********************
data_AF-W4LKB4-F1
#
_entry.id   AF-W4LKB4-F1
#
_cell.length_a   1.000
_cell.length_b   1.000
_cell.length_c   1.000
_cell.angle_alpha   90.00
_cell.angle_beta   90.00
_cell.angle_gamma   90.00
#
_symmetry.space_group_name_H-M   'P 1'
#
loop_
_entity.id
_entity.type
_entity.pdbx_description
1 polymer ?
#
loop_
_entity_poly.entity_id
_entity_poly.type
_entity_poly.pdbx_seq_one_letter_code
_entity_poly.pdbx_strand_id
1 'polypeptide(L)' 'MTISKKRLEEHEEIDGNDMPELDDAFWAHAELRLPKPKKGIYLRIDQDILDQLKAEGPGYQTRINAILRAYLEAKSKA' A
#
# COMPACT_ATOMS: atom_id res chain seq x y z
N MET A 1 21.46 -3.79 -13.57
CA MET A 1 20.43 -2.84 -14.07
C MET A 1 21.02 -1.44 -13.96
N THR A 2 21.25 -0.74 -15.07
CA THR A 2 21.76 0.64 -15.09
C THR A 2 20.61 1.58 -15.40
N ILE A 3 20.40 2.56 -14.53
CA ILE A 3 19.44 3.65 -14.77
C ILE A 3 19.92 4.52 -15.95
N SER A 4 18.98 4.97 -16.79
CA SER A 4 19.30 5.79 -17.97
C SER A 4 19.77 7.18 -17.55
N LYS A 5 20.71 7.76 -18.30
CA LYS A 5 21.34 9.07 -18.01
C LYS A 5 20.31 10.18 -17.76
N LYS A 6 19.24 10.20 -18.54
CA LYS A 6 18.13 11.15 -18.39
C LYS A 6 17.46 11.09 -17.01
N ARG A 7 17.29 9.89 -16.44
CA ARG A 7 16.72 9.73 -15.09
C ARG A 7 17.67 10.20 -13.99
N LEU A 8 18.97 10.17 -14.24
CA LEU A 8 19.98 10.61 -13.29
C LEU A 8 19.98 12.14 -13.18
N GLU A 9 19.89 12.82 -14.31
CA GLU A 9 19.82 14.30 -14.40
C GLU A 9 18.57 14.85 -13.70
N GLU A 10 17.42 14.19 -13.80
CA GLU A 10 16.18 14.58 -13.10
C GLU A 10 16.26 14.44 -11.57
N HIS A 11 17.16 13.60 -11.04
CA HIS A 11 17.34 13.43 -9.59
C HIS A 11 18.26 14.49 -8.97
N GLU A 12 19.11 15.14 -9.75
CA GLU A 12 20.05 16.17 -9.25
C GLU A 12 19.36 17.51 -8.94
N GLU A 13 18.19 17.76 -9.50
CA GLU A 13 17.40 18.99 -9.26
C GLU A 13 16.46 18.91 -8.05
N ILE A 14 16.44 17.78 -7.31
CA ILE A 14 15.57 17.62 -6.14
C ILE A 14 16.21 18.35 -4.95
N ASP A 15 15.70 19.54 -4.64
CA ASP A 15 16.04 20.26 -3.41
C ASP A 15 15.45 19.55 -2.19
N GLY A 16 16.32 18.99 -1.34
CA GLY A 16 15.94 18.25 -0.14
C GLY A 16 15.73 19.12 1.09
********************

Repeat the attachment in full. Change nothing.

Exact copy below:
data_AF-W4LKB4-F1
#
_entry.id   AF-W4LKB4-F1
#
_cell.length_a   1.000
_cell.length_b   1.000
_cell.length_c   1.000
_cell.angle_alpha   90.00
_cell.angle_beta   90.00
_cell.angle_gamma   90.00
#
_symmetry.space_group_name_H-M   'P 1'
#
loop_
_entity.id
_entity.type
_entity.pdbx_description
1 polymer ?
#
loop_
_entity_poly.entity_id
_entity_poly.type
_entity_poly.pdbx_seq_one_letter_code
_entity_poly.pdbx_strand_id
1 'polypeptide(L)' 'MTISKKRLEEHEEIDGNDMPELDDAFWAHAELRLPKPKKGIYLRIDQDILDQLKAEGPGYQTRINAILRAYLEAKSKA' A
#
# COMPACT_ATOMS: atom_id res chain seq x y z
N MET A 1 21.46 -3.79 -13.57
CA MET A 1 20.43 -2.84 -14.07
C MET A 1 21.02 -1.44 -13.96
N THR A 2 21.25 -0.74 -15.07
CA THR A 2 21.76 0.64 -15.09
C THR A 2 20.61 1.58 -15.40
N ILE A 3 20.40 2.56 -14.53
CA ILE A 3 19.44 3.65 -14.77
C ILE A 3 19.92 4.52 -15.95
N SER A 4 18.98 4.97 -16.79
CA SER A 4 19.30 5.79 -17.97
C SER A 4 19.77 7.18 -17.55
N LYS A 5 20.71 7.76 -18.30
CA LYS A 5 21.34 9.07 -18.01
C LYS A 5 20.31 10.18 -17.76
N LYS A 6 19.24 10.20 -18.54
CA LYS A 6 18.13 11.15 -18.39
C LYS A 6 17.46 11.09 -17.01
N ARG A 7 17.29 9.89 -16.44
CA ARG A 7 16.72 9.73 -15.09
C ARG A 7 17.67 10.20 -13.99
N LEU A 8 18.97 10.17 -14.24
CA LEU A 8 19.98 10.61 -13.29
C LEU A 8 19.98 12.14 -13.18
N GLU A 9 19.89 12.82 -14.31
CA GLU A 9 19.82 14.30 -14.40
C GLU A 9 18.57 14.85 -13.70
N GLU A 10 17.42 14.19 -13.80
CA GLU A 10 16.18 14.58 -13.10
C GLU A 10 16.26 14.44 -11.57
N HIS A 11 17.16 13.60 -11.04
CA HIS A 11 17.34 13.43 -9.59
C HIS A 11 18.26 14.49 -8.97
N GLU A 12 19.11 15.14 -9.75
CA GLU A 12 20.05 16.17 -9.25
C GLU A 12 19.36 17.51 -8.94
N GLU A 13 18.19 17.76 -9.50
CA GLU A 13 17.40 18.99 -9.26
C GLU A 13 16.46 18.91 -8.05
N ILE A 14 16.44 17.78 -7.31
CA ILE A 14 15.57 17.62 -6.14
C ILE A 14 16.21 18.35 -4.95
N ASP A 15 15.70 19.54 -4.64
CA ASP A 15 16.04 20.26 -3.41
C ASP A 15 15.45 19.55 -2.19
N GLY A 16 16.32 18.99 -1.34
CA GLY A 16 15.94 18.25 -0.14
C GLY A 16 15.73 19.12 1.09